NOTE:  If you are connected as a wireless client to the same AP that you are administering, resetting the SSID will cause you to lose connectivity to the AP.  You will need to reconnect to the new SSID after you save this new setting.
Step 6:
Specify whether to allow the access point to broadcast the Service Set Identifier (SSID) in its beacon frames.  The Broadcast SSID parameter is enabled by default. When the VAP does not broadcast its SSID, the network name is not displayed in the list of available networks on a client station.  Instead, the client must have the exact network name configured in the supplicant before it is able to connect.
  • To enable the SSID broadcast, select the Broadcast SSID check box.
  • To prohibit the SSID broadcast, clear the Broadcast SSID check box.
NOTE:  Disabling the broadcast SSID is sufficient to prevent clients from accidentally connecting to your network, but it will not prevent even the simplest of attempts by a hacker to connect or monitor unencrypted traffic.  Suppressing the SSID broadcast offers a very minimal level of protection on an otherwise exposed network (such as a guest network) where the priority is making it easy for clients to get a connection and where no sensitive information is available.
Step 7:
Enable the Band Steer feature to encourage dual-band wireless clients to connect to the radio operating in the 5 GHz band instead of the radio operating in the 2.4 GHz band.
The 5 GHz band has more channels available and is generally utilized less than the 2.4 GHz band.  The Access Point can improve overall network throughput by effectively utilizing the 5 GHz band.  You can also enable Band Steering on Radio 1 – should Radio 2 becomes crowded – so clients will connect to Radio1 if less congested.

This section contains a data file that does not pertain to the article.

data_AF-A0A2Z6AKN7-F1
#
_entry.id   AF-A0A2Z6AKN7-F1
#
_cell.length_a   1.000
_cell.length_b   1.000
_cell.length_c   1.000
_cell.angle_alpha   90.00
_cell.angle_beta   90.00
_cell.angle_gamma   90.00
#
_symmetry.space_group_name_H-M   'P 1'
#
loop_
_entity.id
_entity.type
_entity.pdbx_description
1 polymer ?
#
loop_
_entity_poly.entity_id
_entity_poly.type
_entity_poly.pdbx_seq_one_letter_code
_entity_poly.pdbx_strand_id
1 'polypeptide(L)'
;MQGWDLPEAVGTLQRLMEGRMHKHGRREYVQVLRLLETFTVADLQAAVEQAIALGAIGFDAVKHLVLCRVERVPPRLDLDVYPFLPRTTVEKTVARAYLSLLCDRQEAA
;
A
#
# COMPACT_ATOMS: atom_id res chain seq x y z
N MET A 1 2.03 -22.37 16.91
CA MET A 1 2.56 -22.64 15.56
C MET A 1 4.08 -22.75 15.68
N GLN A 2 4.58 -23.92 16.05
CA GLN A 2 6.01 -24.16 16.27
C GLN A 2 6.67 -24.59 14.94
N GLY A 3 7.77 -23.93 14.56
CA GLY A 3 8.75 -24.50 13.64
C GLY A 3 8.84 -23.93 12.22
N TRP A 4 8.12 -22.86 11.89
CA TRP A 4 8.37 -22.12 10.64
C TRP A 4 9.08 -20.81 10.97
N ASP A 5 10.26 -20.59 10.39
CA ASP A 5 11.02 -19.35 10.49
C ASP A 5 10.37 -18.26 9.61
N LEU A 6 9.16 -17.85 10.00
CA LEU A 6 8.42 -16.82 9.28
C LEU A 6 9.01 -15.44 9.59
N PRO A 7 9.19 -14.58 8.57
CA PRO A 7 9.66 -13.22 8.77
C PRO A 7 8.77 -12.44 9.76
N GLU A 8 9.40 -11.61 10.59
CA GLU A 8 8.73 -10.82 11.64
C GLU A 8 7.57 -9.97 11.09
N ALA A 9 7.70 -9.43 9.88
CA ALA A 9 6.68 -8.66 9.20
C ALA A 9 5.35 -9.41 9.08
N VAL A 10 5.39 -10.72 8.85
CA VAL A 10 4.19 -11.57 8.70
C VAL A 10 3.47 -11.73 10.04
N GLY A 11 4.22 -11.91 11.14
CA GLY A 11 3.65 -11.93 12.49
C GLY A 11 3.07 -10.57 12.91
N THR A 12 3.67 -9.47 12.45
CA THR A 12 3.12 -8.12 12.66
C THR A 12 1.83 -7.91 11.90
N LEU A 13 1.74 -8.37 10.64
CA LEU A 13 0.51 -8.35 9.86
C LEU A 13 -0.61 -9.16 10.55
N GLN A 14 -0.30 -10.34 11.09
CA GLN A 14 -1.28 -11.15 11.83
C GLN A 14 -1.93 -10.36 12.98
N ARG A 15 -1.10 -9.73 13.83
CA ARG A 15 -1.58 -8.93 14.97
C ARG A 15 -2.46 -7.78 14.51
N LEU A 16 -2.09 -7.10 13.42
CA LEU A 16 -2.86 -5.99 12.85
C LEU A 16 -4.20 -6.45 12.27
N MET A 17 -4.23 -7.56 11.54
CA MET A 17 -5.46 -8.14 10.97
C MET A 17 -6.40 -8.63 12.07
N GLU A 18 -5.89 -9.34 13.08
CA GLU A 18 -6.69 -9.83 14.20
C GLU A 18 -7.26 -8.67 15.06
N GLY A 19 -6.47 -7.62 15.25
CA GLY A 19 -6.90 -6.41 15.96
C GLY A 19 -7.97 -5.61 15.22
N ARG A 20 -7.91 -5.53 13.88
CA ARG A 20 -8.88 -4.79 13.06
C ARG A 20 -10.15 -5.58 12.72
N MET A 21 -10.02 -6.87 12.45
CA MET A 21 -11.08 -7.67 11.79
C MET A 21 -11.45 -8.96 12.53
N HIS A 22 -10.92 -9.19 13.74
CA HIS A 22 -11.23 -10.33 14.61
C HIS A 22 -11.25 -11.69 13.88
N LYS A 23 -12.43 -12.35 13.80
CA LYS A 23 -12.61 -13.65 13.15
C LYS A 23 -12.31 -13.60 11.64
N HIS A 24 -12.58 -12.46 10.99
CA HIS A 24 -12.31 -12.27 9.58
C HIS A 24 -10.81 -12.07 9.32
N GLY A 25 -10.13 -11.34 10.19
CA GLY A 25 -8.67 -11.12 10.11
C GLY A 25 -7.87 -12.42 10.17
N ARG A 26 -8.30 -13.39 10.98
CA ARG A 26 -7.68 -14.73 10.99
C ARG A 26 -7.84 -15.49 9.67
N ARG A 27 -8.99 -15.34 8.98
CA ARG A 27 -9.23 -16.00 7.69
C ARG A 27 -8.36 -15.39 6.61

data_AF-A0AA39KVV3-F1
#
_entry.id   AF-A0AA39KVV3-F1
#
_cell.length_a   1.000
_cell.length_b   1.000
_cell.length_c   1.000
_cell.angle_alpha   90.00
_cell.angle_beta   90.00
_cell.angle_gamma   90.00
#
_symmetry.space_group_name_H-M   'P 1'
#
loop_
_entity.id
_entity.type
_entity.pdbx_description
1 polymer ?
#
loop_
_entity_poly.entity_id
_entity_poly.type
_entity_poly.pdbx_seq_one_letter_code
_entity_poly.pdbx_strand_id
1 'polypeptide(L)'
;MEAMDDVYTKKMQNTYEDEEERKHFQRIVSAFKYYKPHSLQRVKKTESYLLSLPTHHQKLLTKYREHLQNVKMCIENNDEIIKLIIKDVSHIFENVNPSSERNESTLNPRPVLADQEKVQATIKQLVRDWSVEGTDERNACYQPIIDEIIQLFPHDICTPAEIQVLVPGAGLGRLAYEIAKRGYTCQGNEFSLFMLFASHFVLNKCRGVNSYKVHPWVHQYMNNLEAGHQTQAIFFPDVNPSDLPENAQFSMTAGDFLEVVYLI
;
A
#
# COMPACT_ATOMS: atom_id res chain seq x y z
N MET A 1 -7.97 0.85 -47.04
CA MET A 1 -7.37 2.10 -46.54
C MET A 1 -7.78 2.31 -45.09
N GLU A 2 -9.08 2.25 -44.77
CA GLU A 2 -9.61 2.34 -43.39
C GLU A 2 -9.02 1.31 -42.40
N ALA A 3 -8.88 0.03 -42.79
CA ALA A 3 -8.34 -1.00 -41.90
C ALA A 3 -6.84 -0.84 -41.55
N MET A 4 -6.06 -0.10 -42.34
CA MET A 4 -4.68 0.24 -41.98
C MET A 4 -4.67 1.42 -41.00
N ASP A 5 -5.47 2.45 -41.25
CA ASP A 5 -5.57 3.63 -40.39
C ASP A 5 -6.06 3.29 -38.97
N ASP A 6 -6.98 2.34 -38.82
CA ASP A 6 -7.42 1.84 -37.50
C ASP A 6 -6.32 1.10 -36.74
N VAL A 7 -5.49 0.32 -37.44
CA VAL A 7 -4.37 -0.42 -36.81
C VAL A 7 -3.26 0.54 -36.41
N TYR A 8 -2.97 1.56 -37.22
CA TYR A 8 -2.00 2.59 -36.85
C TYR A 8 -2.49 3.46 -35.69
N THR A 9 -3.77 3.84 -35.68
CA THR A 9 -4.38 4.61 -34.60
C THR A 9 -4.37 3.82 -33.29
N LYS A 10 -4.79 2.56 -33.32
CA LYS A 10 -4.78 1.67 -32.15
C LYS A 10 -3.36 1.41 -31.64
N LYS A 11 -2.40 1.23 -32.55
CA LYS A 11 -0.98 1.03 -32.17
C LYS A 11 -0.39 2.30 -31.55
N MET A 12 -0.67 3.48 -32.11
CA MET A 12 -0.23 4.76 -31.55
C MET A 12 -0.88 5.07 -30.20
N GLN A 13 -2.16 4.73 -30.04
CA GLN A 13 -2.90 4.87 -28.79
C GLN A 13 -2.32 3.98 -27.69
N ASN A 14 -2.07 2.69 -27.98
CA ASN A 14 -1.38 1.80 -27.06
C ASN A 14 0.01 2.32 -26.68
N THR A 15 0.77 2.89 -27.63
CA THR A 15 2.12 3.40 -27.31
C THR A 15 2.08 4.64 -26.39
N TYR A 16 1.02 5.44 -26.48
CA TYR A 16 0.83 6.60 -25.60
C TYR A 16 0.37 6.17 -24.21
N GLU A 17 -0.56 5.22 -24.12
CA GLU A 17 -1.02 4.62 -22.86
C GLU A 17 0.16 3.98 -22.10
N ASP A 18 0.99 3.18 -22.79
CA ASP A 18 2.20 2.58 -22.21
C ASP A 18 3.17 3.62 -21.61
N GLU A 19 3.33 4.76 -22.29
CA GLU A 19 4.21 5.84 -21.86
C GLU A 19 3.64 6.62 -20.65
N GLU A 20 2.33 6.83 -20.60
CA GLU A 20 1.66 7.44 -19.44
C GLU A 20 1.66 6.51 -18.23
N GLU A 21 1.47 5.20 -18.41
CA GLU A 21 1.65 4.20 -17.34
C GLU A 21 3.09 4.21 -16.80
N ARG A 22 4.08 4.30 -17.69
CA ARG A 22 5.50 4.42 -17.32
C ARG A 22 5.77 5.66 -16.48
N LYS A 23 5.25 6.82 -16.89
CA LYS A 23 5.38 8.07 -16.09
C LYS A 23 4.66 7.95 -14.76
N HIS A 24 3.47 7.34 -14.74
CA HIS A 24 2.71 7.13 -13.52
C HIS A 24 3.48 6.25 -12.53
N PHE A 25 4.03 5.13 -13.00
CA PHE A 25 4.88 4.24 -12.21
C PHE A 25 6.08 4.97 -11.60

Step 8:
Select one of the following security modes for this VAP:
  • None
  • WPA Personal – By default it has WPA2/AES enabled when you select WPA Personal.  To include WPA/TKIP just check the appropriate checkboxes.
  • WPA Enterprise – By default WPA2/AES is enabled.  To include WPA/TKIP just check the appropriate check boxes.  You can also select Enable pre-authentication.
NOTE:  The security mode you set here is specifically for this VAP.
Step 9:
You can configure a global list of MAC addresses that are allowed or denied access to the network.  The drop-down menu for this feature allows you to select the type of MAC Authentication to use:
  • Disabled:  Do not use MAC Authentication.
  • Local:  Use the MAC Authentication list that you configure on the MAC Filtering page.
  • RADIUS:  Use the MAC Authentication list on the external RADIUS server.
Step 10:
Click Save to apply the changes and save the changes to startup configuration file.
IMPORTANT:  Changing some settings might cause the access point to stop and restart system processes.  If this happens, wireless clients will temporarily lose connectivity.  It is recommended that you change the access point settings when WLAN traffic is low.

NOTE:  If you don’t see any of the VAPs broadcasting for Radio 1 or Radio 2, make sure the Radio is enabled on the Radio page or make sure the Broadcast SSID check is checked.